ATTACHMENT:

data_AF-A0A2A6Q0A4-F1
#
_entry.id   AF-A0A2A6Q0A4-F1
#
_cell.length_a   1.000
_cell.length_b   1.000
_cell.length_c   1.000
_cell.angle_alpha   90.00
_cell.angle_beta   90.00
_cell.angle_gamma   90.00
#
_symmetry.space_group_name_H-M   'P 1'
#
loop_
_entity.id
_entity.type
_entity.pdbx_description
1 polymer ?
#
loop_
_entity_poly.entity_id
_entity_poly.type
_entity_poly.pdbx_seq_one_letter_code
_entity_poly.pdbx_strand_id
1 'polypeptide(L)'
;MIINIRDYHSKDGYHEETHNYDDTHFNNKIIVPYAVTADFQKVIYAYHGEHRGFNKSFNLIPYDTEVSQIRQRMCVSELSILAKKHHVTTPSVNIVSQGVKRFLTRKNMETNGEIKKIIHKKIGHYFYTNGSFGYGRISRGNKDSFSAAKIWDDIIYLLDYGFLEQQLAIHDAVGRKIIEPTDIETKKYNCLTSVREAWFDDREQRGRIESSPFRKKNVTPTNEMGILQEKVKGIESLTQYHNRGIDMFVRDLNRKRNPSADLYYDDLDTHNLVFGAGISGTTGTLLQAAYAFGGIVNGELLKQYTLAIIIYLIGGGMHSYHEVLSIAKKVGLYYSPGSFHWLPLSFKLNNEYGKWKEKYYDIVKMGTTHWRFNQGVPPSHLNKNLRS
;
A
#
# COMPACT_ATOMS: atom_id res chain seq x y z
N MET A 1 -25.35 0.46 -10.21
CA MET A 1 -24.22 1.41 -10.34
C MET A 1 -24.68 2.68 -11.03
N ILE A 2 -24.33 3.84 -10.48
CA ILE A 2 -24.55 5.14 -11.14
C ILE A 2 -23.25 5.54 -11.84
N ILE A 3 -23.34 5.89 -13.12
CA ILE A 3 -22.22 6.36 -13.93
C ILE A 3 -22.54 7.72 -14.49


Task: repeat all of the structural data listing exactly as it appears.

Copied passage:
data_AF-A0A2A6Q0A4-F1
#
_entry.id   AF-A0A2A6Q0A4-F1
#
_cell.length_a   1.000
_cell.length_b   1.000
_cell.length_c   1.000
_cell.angle_alpha   90.00
_cell.angle_beta   90.00
_cell.angle_gamma   90.00
#
_symmetry.space_group_name_H-M   'P 1'
#
loop_
_entity.id
_entity.type
_entity.pdbx_description
1 polymer ?
#
loop_
_entity_poly.entity_id
_entity_poly.type
_entity_poly.pdbx_seq_one_letter_code
_entity_poly.pdbx_strand_id
1 'polypeptide(L)'
;MIINIRDYHSKDGYHEETHNYDDTHFNNKIIVPYAVTADFQKVIYAYHGEHRGFNKSFNLIPYDTEVSQIRQRMCVSELSILAKKHHVTTPSVNIVSQGVKRFLTRKNMETNGEIKKIIHKKIGHYFYTNGSFGYGRISRGNKDSFSAAKIWDDIIYLLDYGFLEQQLAIHDAVGRKIIEPTDIETKKYNCLTSVREAWFDDREQRGRIESSPFRKKNVTPTNEMGILQEKVKGIESLTQYHNRGIDMFVRDLNRKRNPSADLYYDDLDTHNLVFGAGISGTTGTLLQAAYAFGGIVNGELLKQYTLAIIIYLIGGGMHSYHEVLSIAKKVGLYYSPGSFHWLPLSFKLNNEYGKWKEKYYDIVKMGTTHWRFNQGVPPSHLNKNLRS
;
A
#
# COMPACT_ATOMS: atom_id res chain seq x y z
N MET A 1 -25.35 0.46 -10.21
CA MET A 1 -24.22 1.41 -10.34
C MET A 1 -24.68 2.68 -11.03
N ILE A 2 -24.33 3.84 -10.48
CA ILE A 2 -24.55 5.14 -11.14
C ILE A 2 -23.25 5.54 -11.84
N ILE A 3 -23.34 5.89 -13.12
CA ILE A 3 -22.22 6.36 -13.93
C ILE A 3 -22.54 7.72 -14.49